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Sigh, I'd suspected the age thing had something to do with it. I just turned 37. I was 31 when I conceived my son, and had just turned 35 when we started ttc #2. Who knew what a difference 4 yrs could make?
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#147 of 610 Old 06-12-2006, 08:23 AM
 
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Age does seem to make a difference but its just a case of your luck running out without realising it I think.

I got through my twenties with PSD on and off transatlantic flights, taking the pill, having two children then I got a DVT out of the blue when I was just shy of 30. Onset of problems for PSD is around 50% by the late 20s (I think) so every year you go past that you are moving into the unknown.

Most clotting problems are amplified by pregnancy and not necessarily 'harmless' when not pregnant. The thing is that they become more obvious during pregnancy especially if you suffer a loss and this is a trigger for testing. Some people do not suffer m/c but do develop DVT while pregnant.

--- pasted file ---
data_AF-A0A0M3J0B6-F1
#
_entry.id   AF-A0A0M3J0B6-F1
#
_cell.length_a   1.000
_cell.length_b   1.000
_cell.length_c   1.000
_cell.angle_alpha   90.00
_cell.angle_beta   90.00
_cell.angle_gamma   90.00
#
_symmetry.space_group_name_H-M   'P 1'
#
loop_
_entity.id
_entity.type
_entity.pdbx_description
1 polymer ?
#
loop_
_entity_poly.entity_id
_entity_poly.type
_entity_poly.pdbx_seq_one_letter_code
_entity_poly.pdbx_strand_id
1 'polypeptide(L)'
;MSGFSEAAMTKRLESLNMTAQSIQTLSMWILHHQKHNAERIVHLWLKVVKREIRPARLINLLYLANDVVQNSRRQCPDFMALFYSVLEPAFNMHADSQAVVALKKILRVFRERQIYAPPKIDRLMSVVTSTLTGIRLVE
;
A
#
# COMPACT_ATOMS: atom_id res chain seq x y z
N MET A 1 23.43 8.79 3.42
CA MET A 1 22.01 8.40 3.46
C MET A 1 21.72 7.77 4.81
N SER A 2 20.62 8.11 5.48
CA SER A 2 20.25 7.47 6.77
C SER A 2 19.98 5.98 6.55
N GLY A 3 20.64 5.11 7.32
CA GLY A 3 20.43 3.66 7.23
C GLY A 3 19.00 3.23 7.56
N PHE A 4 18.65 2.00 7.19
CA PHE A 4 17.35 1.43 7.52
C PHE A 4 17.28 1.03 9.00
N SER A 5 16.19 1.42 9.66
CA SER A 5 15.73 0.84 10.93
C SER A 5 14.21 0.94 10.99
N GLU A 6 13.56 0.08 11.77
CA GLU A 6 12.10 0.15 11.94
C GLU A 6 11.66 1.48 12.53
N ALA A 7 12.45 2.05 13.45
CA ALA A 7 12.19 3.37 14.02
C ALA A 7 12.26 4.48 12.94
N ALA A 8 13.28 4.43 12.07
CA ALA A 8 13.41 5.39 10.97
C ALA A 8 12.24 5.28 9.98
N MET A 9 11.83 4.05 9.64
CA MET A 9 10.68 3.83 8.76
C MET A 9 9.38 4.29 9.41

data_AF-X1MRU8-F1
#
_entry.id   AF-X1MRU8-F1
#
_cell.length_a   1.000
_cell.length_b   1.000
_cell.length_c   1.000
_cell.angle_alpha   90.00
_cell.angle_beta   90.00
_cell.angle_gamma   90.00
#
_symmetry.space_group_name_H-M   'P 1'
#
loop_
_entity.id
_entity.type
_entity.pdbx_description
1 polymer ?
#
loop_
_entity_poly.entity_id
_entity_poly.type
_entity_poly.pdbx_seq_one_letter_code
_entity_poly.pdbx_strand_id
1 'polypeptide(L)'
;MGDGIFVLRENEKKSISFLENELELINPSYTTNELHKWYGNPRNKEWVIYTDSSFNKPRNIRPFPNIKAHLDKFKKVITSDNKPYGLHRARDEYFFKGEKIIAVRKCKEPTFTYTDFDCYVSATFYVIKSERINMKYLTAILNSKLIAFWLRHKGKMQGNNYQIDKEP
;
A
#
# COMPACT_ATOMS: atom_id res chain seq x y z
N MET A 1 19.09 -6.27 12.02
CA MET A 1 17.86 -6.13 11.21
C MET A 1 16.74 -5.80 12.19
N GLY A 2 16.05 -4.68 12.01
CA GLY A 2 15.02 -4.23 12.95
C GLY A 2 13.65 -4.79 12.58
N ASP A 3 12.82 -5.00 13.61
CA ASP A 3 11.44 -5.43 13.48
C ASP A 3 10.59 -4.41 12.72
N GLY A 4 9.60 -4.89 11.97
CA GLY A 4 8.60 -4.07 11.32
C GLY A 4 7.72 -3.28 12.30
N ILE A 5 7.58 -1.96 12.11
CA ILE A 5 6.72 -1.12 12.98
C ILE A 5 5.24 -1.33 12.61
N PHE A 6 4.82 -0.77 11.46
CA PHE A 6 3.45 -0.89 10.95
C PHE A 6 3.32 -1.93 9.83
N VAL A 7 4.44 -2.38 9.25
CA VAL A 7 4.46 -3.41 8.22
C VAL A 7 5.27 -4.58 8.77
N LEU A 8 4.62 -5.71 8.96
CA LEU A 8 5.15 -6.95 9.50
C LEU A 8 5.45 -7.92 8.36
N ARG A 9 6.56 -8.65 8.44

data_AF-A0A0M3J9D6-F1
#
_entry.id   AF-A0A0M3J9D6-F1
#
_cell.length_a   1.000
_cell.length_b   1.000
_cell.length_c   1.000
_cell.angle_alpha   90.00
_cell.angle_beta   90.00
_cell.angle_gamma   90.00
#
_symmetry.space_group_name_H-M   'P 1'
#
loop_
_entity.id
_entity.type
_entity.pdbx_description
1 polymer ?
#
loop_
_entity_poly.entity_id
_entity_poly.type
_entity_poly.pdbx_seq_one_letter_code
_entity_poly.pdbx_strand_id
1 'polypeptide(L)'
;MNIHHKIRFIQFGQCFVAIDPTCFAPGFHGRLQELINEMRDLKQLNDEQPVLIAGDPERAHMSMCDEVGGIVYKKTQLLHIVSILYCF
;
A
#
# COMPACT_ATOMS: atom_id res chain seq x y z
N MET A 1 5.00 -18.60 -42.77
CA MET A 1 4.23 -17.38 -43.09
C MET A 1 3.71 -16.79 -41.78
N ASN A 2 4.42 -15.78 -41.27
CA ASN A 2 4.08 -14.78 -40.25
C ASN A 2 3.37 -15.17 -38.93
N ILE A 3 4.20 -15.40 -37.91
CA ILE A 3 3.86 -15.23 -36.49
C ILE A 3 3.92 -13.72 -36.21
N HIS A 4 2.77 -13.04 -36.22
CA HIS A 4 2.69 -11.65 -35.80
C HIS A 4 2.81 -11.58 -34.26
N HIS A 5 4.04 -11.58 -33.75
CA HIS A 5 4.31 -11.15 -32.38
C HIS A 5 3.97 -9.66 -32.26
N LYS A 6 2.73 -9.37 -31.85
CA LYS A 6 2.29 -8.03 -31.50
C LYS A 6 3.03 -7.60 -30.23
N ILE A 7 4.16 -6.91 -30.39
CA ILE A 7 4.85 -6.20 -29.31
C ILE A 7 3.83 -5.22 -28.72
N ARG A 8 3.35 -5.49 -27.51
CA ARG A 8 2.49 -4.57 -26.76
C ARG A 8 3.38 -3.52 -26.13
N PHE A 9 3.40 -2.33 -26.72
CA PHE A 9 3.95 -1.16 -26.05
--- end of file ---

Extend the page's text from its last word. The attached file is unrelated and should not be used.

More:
5th Attempt - Hopefully PSD is the cause of the problem and if it is then the heparin will really make a difference - don't let them take you off it the risk benefit is waaaay in favour of continuing treatment. Tell them that you know that your risk of clotting is increased with pregnancy and you would rather continue treatment than suffer a DVT or later problems with clots in the cord or placenta. Print off the whole of the first article I posted last and get them to read it. OBs are not experts in blood clotting by definition, no matter what they might think. Wishing you a healthy pregnancy

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#148 of 610 Old 06-15-2006, 11:40 AM